9 Sep 2010

The conservation and scientific benefits of global databases of seabird tracking

By Nick Askew

Remote tracking data for seabirds are rapidly becoming available for an ever-increasing range of species and marine areas/habitats. Effective utilisation, whether for academic research or for application to a range of marine conservation topics, requires enhanced coordination and data sharing, and easy access to relevant analytical tools and marine environmental data. This workshop will:

  • Highlight scientific and conservation benefits of enhanced coordination and data sharing of seabird tracking data, and key future conservation applications
  • Showcase existing platforms and databases which host seabird tracking data
  • Seek to identify the best ways in which seabird tracking data might be maintained and interconnected, inter alia:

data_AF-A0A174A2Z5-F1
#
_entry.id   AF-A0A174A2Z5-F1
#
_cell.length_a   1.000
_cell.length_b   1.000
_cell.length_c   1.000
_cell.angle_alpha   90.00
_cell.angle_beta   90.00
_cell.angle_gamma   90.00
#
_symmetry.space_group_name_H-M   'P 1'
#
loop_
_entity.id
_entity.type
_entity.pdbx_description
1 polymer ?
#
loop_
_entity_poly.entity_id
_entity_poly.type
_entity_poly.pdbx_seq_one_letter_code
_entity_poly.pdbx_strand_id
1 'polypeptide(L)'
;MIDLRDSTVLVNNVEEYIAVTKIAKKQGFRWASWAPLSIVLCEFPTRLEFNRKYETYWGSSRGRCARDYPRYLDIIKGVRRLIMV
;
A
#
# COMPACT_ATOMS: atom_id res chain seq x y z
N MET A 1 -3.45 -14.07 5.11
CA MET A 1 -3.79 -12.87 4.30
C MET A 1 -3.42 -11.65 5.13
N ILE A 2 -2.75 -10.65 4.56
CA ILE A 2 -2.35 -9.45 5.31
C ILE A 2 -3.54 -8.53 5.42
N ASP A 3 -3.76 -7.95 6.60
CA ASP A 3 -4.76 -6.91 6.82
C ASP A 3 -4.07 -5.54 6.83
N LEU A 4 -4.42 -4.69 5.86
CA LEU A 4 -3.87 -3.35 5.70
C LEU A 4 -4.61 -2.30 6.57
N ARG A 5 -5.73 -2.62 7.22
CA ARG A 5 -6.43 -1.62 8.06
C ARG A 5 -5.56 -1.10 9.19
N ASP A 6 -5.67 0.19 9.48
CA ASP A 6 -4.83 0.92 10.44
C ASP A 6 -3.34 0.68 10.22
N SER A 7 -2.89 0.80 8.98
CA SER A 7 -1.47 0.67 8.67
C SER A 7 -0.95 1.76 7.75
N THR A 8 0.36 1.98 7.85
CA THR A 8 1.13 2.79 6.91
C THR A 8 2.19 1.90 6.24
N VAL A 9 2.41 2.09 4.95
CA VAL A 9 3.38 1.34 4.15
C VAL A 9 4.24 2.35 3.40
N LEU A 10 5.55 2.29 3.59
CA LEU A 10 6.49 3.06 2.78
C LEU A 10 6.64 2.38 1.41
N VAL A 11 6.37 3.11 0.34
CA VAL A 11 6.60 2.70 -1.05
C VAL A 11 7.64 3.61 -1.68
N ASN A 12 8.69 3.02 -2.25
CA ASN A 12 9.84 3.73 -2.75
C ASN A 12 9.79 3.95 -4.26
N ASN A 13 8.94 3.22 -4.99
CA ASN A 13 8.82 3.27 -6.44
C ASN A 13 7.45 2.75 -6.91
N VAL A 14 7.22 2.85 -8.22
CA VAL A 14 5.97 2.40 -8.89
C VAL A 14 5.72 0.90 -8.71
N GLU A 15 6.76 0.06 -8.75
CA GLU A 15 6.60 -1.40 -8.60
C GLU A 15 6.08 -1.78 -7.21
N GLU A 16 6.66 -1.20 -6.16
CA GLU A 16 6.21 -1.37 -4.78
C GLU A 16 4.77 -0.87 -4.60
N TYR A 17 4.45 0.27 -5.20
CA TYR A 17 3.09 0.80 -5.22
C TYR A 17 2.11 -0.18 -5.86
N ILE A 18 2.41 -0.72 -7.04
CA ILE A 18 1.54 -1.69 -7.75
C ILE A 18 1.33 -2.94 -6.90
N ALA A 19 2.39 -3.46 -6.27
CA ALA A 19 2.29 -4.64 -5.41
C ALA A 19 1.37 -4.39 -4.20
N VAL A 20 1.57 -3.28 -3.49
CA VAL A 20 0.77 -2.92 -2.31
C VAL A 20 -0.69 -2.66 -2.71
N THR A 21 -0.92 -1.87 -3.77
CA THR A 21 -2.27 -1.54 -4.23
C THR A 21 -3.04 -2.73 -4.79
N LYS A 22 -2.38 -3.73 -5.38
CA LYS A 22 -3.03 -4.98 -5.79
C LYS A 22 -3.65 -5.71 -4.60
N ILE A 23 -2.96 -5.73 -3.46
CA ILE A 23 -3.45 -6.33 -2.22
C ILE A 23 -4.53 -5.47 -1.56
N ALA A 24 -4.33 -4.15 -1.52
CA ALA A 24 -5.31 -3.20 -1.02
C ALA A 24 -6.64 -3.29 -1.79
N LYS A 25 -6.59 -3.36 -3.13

• Common protocols for filtering and validation;
    • Facilitating interactions between data from different databases (primarily tracking data, but also environmental data and seabird-at-sea survey data)
    • Common protocols for data access and use
    • Promoting large-scale projects involving a wide range of scientists to tackle key issues of science, conservation and management on regional or worldwide scales.

This workshop accompanies a workshop on seabird at sea survey data and will be followed by a combined session to address issues of mutual interest. Workshop abstract by Cleo Small and Phil Taylor from BirdLife’s Global Seabird Programme, and Scott Shaffer, Department of Biological Sciences, San Jose State University. Image credit: ©BenLascelles